It’s Not About the Gear, But There’s a Reason Certain Lenses Cost So Much

Nikon’s 85mm f/1.4 lenses are legendary. The sharpness, color, contrast and bokeh combine to make this the go-to portrait and photojournalism lens for professional photographers all over the world. I’ve been playing with one for the last month or so, and I do believe I’m falling in love. It’s a tricky lens, because when depth-of-field is razor thin, so is the margin of error for focus accuracy. But when you get it right, there is no mistaking where the viewer is supposed to look. As Thom Hogan writes in his review of the previous version, “If you nail the shot with this lens, you really nail it, and oh boy, that background sure looks dreamy.”  Lately, I’ve dedicated one camera body to the 85 and used my second body for all my other lenses. Why? I told you: I’m falling in love.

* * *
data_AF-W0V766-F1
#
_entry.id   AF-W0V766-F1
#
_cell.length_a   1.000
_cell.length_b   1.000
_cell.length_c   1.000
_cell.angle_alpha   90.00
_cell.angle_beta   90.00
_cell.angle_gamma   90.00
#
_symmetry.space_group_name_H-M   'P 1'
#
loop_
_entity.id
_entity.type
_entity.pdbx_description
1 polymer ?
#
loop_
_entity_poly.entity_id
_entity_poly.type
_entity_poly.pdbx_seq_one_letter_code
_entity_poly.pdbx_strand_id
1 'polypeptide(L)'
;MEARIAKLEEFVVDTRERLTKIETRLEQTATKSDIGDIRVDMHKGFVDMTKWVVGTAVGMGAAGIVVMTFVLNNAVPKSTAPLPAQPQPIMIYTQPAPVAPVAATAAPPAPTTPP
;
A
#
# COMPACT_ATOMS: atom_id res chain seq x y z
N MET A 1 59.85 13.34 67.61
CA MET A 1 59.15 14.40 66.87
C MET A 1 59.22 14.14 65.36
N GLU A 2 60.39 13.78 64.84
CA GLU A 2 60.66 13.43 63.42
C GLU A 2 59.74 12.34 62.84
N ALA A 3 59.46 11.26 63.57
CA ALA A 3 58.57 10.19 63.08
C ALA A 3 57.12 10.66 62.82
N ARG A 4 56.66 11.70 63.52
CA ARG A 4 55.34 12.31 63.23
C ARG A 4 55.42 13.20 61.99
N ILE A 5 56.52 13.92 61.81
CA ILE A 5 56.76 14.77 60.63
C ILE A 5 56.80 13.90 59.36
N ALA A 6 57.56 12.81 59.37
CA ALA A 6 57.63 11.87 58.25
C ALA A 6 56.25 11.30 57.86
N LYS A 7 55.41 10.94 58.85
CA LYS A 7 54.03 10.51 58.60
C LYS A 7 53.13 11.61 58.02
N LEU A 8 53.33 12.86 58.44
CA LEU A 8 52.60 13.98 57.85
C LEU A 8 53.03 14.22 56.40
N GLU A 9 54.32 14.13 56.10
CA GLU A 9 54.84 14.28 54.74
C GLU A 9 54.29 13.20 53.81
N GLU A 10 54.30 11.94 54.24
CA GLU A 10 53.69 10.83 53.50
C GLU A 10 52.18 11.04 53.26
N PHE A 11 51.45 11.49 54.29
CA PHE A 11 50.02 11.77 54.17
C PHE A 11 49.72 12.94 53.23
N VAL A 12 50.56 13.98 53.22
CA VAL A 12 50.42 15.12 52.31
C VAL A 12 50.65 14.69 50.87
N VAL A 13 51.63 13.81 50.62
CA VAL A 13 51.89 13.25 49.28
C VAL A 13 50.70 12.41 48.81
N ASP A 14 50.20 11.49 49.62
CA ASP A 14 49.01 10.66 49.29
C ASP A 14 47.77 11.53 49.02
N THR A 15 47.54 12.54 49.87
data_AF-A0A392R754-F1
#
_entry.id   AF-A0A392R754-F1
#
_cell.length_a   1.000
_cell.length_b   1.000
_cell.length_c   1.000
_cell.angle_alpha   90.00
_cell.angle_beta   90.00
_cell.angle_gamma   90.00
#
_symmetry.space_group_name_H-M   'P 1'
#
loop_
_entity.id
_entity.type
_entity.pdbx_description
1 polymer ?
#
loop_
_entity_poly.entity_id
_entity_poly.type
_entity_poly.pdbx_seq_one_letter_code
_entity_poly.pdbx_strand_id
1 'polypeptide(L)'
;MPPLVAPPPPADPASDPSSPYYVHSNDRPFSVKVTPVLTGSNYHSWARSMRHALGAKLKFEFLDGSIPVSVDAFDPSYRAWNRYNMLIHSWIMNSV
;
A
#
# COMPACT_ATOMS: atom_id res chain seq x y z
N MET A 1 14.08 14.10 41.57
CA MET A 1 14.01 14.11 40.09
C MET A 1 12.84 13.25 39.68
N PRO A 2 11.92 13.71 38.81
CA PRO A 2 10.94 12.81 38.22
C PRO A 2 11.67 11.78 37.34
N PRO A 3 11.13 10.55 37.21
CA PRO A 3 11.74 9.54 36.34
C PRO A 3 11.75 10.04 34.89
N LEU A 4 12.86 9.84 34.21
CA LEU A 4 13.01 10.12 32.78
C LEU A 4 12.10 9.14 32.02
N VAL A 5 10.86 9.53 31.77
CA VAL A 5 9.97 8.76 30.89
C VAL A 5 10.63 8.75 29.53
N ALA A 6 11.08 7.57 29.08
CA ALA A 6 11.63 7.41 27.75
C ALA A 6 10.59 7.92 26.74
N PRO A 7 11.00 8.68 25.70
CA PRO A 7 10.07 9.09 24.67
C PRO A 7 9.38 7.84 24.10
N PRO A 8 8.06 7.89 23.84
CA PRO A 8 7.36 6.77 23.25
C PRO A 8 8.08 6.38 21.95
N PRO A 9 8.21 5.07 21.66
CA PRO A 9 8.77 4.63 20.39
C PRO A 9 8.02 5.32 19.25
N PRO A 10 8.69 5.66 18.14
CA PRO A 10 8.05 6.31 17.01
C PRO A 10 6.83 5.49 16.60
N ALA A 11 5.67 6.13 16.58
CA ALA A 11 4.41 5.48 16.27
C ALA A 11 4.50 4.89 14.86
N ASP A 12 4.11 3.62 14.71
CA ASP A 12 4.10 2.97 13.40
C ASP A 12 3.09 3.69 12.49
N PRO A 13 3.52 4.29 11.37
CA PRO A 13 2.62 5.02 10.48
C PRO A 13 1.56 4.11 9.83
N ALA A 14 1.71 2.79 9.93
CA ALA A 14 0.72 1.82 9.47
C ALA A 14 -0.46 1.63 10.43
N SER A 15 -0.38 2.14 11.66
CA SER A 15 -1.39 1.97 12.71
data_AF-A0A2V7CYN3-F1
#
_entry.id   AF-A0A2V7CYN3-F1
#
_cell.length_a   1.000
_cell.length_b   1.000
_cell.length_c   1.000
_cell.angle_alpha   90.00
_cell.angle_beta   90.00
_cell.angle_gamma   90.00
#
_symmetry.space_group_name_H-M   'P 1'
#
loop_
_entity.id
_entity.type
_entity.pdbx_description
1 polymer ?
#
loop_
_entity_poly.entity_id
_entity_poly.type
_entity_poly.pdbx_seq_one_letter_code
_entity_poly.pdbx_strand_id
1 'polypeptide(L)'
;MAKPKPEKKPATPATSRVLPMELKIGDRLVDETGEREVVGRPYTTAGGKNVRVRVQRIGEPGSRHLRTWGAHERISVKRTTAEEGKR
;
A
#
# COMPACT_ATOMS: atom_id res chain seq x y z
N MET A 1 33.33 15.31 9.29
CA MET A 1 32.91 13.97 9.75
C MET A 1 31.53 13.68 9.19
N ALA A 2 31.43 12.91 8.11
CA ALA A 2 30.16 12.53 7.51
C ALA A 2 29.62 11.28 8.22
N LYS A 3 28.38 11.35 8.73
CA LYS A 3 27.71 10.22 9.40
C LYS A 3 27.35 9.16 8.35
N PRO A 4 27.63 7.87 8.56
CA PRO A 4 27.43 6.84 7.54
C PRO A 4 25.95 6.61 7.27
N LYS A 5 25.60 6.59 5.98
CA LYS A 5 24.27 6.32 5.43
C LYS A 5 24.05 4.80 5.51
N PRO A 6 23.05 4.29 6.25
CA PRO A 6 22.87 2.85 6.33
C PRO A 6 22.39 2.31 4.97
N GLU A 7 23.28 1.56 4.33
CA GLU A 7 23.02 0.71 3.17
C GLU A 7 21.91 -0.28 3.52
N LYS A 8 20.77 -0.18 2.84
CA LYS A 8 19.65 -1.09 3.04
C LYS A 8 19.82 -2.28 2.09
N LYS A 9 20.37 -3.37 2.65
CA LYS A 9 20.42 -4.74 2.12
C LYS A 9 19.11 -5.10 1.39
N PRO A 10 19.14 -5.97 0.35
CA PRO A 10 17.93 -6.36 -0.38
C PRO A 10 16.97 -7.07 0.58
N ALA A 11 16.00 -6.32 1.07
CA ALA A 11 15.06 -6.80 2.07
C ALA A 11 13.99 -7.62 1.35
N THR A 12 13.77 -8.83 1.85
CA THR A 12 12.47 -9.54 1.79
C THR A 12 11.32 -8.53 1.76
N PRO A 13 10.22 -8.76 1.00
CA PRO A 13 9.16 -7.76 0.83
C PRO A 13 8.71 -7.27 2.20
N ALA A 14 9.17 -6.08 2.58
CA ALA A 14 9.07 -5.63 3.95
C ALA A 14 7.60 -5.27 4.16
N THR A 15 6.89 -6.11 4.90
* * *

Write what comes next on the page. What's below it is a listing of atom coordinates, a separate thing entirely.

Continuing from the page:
This is not a post-processing effect. This is what good quality bokeh looks like. Chromatic aberration can be pronounced, as in the cat's whiskers, but I don't mind. Over time, I'm sure I'll learn how to avoid it or deal with it in post.

Most compact cameras or kit lenses cannot create this level of subject isolation because they produce too much depth of field, even when shot wide open.

Lighting does most of the subject isolation work here, but shallow depth of field prevents the text in the background from becoming too distracting. I hope.

I used to think that photojournalists always shot with wide-angle lenses at f/8. For decades, the photojournalist credo was "F/8 and be there." But of course, good visual storytelling is about directing the viewer's eye. Despite the long lens compression effect, we can create subject isolation through shallow depth of field. This makes the girls in the background look closer than they actually were, yet still emphasizes that they are in the background.

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Filed under Camera Gear, Portraiture

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